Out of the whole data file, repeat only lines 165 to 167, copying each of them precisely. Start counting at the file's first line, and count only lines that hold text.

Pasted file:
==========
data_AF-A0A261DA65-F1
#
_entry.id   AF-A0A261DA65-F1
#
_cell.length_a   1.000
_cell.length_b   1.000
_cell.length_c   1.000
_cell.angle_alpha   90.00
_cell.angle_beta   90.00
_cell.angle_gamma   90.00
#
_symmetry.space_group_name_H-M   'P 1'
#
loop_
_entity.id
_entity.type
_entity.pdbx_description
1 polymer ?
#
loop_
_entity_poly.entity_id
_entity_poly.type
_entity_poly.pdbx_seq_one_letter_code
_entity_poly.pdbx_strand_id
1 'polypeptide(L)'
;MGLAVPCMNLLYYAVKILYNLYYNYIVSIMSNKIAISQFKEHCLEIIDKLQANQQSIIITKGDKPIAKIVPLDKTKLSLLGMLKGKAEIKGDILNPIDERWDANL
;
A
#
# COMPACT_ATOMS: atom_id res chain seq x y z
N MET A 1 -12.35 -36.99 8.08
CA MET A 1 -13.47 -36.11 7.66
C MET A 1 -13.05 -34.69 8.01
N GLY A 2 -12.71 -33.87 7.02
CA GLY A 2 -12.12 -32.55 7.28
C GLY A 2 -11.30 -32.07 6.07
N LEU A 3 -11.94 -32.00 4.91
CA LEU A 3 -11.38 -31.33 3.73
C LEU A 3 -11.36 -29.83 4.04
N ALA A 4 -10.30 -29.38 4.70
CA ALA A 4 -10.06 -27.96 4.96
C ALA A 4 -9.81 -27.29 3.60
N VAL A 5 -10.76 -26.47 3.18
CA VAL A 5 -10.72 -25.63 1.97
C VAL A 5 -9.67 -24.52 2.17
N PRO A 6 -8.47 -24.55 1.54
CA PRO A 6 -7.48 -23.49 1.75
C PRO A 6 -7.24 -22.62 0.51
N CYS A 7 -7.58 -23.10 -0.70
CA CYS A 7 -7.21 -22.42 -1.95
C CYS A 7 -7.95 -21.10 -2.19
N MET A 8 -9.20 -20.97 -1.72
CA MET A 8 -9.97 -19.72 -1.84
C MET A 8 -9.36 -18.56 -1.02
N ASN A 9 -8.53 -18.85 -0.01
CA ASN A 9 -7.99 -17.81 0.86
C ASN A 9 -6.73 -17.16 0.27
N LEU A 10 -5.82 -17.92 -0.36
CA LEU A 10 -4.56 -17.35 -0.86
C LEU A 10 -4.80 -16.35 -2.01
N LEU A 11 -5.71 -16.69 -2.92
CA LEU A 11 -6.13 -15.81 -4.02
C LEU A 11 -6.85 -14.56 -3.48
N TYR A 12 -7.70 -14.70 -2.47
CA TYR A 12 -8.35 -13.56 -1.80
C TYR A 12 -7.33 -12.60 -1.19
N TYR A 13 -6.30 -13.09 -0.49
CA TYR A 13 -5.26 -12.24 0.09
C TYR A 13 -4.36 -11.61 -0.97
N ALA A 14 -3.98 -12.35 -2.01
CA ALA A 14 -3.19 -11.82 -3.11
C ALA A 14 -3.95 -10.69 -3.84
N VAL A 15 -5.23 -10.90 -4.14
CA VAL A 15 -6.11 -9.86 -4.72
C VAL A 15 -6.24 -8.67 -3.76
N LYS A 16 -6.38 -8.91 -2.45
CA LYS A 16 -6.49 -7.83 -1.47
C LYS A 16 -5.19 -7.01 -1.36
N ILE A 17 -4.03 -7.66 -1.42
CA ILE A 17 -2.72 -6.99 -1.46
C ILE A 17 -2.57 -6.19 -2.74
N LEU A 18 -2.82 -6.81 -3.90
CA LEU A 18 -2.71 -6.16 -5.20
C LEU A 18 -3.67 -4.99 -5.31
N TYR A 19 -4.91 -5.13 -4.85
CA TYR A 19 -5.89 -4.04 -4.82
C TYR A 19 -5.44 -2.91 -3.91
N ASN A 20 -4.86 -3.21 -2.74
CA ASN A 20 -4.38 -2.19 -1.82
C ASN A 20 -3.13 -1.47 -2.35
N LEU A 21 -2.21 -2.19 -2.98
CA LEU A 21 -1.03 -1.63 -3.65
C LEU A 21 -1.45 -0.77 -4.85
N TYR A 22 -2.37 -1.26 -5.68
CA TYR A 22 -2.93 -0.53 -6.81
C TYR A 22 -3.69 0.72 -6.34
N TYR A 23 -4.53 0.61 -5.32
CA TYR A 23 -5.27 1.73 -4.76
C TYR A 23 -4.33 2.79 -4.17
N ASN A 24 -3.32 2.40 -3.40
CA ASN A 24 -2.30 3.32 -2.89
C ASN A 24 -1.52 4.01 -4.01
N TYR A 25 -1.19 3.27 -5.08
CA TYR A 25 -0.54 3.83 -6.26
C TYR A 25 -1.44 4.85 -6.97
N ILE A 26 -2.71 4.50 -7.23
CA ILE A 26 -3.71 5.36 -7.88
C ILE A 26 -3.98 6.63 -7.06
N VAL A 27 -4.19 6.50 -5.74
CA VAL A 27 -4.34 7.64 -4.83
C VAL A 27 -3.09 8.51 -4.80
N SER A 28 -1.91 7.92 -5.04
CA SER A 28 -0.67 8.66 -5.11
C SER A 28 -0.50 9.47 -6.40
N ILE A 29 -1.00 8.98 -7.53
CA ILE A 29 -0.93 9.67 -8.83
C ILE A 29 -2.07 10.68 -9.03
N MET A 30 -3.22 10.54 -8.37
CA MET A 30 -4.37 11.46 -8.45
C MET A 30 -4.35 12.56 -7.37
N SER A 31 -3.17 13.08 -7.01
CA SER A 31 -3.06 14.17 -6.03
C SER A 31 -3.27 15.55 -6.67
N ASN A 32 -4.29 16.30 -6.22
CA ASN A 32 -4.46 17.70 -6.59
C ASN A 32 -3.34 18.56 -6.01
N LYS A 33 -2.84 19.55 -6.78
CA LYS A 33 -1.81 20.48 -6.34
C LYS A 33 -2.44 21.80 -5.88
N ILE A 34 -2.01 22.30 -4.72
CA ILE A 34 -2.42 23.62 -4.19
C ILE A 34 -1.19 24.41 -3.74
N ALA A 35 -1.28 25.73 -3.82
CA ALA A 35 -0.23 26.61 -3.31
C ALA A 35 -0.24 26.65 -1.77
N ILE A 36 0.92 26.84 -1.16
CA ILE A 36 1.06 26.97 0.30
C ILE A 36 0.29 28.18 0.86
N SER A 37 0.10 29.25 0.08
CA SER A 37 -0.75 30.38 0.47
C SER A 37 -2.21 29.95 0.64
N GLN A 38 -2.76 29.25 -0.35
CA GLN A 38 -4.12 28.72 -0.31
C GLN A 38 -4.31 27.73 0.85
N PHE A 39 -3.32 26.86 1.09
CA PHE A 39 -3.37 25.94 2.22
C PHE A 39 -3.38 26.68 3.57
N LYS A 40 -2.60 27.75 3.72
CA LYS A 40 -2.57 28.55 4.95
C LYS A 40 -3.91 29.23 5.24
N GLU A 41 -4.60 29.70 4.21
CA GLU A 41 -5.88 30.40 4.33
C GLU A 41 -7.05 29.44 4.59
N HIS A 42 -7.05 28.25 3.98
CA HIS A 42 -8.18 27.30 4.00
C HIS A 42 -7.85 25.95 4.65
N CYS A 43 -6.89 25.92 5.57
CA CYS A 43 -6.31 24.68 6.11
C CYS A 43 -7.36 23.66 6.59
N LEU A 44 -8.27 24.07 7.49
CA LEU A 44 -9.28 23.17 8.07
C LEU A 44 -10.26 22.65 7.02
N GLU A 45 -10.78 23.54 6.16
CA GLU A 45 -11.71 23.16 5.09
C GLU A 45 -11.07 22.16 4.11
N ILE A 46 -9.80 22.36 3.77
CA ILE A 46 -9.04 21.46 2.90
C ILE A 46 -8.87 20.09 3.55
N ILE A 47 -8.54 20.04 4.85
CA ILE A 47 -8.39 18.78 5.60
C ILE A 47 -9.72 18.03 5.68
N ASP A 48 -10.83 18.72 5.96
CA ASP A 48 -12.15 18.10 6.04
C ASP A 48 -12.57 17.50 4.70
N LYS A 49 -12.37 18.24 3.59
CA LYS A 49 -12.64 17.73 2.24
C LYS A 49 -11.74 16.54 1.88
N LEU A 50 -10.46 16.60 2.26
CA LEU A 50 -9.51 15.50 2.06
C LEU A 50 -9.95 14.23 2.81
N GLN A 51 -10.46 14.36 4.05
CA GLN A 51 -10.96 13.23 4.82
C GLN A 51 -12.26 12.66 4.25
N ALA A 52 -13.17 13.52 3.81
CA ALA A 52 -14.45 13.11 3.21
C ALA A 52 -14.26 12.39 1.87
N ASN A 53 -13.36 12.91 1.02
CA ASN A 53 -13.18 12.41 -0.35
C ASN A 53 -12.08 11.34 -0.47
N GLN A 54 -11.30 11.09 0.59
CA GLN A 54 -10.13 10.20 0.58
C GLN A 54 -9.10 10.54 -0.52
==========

C GLU A 45 -11.07 22.16 4.11
N ILE A 46 -9.80 22.36 3.77
CA ILE A 46 -9.04 21.46 2.90